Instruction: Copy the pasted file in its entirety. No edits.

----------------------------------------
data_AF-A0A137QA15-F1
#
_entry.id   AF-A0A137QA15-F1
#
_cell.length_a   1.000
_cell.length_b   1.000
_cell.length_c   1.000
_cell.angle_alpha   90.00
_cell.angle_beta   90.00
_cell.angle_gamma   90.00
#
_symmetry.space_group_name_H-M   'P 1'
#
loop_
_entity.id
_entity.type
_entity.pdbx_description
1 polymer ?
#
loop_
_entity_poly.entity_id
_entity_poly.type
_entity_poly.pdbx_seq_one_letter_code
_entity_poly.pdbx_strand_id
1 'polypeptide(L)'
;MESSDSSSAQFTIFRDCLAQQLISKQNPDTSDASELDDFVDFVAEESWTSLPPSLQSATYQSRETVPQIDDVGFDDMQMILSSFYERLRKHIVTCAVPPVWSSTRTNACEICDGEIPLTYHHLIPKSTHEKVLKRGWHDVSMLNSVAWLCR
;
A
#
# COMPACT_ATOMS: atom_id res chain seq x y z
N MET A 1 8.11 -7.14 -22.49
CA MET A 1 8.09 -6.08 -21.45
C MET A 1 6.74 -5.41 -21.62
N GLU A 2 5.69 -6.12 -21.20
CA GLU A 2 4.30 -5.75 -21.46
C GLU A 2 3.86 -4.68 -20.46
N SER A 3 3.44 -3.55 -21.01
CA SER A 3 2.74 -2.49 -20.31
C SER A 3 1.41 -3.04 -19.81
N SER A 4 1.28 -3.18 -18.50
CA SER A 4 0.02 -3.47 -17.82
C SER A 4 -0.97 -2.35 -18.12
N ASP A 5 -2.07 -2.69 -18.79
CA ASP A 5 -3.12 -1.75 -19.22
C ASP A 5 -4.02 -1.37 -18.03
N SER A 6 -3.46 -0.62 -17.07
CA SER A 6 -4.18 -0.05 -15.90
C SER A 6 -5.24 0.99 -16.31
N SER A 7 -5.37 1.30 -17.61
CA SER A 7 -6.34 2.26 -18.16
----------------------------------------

data_AF-A0A137QA15-F1
#
_entry.id   AF-A0A137QA15-F1
#
_cell.length_a   1.000
_cell.length_b   1.000
_cell.length_c   1.000
_cell.angle_alpha   90.00
_cell.angle_beta   90.00
_cell.angle_gamma   90.00
#
_symmetry.space_group_name_H-M   'P 1'
#
loop_
_entity.id
_entity.type
_entity.pdbx_description
1 polymer ?
#
loop_
_entity_poly.entity_id
_entity_poly.type
_entity_poly.pdbx_seq_one_letter_code
_entity_poly.pdbx_strand_id
1 'polypeptide(L)'
;MESSDSSSAQFTIFRDCLAQQLISKQNPDTSDASELDDFVDFVAEESWTSLPPSLQSATYQSRETVPQIDDVGFDDMQMILSSFYERLRKHIVTCAVPPVWSSTRTNACEICDGEIPLTYHHLIPKSTHEKVLKRGWHDVSMLNSVAWLCR
;
A
#
# COMPACT_ATOMS: atom_id res chain seq x y z
N MET A 1 8.11 -7.14 -22.49
CA MET A 1 8.09 -6.08 -21.45
C MET A 1 6.74 -5.41 -21.62
N GLU A 2 5.69 -6.12 -21.20
CA GLU A 2 4.30 -5.75 -21.46
C GLU A 2 3.86 -4.68 -20.46
N SER A 3 3.44 -3.55 -21.01
CA SER A 3 2.74 -2.49 -20.31
C SER A 3 1.41 -3.04 -19.81
N SER A 4 1.28 -3.18 -18.50
CA SER A 4 0.02 -3.47 -17.82
C SER A 4 -0.97 -2.35 -18.12
N ASP A 5 -2.07 -2.69 -18.79
CA ASP A 5 -3.12 -1.75 -19.22
C ASP A 5 -4.02 -1.37 -18.03
N SER A 6 -3.46 -0.62 -17.07
CA SER A 6 -4.18 -0.05 -15.90
C SER A 6 -5.24 0.99 -16.31
N SER A 7 -5.37 1.30 -17.61
CA SER A 7 -6.34 2.26 -18.16